Even drugs with real medicinal properties may require the placebo effect. Pain-killers work less effectively when a person is unaware they contain active ingredients – when it’s known there’s a real drug in there, they work much better! But it seems the very act of taking something engages placebo power, even if it’s only a symbolic gesture. In a 2010 study at Harvard Medical School, patients with irritable bowel syndrome found their complaint improved, even though they knew beforehand they were swallowing a ‘useless’ placebo. These people, it should be noted received more benefit than those who took no pills at all!
As Emile Coué knew, the patient’s ability to get better depends upon what they believe to be true. The Subconscious mind acts like a ‘power behind the throne’ and Dr. Bruce Lipton has mentioned those who can walk over hot coals without suffering burns, and charismatic Christians in America’s Deep South who have drunk fatal doses of poison and lived – because of their faith. As Fabrizio Benedetti of the University of Turin says, the connection between ‘expectation and therapeutic outcome’ is a great model for understanding the ‘mind-body interaction.’ One commentator wrote in 1965 that:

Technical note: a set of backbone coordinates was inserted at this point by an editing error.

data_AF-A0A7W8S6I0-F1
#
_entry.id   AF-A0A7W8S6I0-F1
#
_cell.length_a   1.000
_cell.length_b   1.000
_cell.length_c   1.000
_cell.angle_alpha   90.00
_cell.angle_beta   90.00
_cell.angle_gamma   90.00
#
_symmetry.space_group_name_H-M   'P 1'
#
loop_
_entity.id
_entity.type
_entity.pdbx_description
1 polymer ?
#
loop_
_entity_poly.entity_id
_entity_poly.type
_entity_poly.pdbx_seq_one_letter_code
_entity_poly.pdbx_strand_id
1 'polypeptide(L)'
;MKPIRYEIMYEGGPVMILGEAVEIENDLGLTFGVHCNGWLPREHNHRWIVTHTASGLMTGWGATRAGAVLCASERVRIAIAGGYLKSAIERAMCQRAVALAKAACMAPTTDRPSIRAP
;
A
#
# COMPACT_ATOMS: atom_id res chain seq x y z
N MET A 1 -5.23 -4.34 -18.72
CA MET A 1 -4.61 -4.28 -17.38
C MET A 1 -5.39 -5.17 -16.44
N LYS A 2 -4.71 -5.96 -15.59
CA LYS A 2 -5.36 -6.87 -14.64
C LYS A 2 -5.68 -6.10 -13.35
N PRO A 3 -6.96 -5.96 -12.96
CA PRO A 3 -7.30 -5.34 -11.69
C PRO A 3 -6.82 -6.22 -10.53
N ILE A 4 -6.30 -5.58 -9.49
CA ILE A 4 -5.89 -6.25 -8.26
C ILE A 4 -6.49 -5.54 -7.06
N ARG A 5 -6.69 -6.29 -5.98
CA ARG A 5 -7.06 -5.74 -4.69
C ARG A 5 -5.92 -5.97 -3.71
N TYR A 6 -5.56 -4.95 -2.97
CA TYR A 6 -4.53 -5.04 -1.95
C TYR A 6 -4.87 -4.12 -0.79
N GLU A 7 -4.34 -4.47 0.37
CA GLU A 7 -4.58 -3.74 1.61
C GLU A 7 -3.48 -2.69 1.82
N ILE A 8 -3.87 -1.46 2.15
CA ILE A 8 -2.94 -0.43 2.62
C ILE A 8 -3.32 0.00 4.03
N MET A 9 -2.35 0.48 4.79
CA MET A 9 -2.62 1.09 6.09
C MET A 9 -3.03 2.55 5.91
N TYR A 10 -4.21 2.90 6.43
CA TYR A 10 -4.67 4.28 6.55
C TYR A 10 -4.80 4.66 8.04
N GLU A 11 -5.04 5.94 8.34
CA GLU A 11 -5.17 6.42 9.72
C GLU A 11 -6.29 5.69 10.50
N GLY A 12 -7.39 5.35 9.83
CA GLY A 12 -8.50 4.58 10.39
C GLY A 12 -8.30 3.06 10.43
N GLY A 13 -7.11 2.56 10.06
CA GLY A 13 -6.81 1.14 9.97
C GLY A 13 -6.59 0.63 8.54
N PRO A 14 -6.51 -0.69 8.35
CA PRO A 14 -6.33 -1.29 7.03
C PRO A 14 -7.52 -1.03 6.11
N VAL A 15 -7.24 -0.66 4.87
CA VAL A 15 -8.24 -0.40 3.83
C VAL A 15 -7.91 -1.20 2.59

‘Research on the placebo effect shows remarkable results … They reduced the pain in patients after major surgery. They brought about symptomatic relief in rheumatoid and degenerative arthritis… It was found that the conditions under which [it] was administered … were important; a white coat – or no coat – on the doctor would have a bearing … Something was definitely at work, something beyond the patient’s imagination … If the mechanism of the placebo effect could be understood, there would be no need of anything else, not really. Any man could be cured of anything so long as he was administered something under the proper circumstances.’4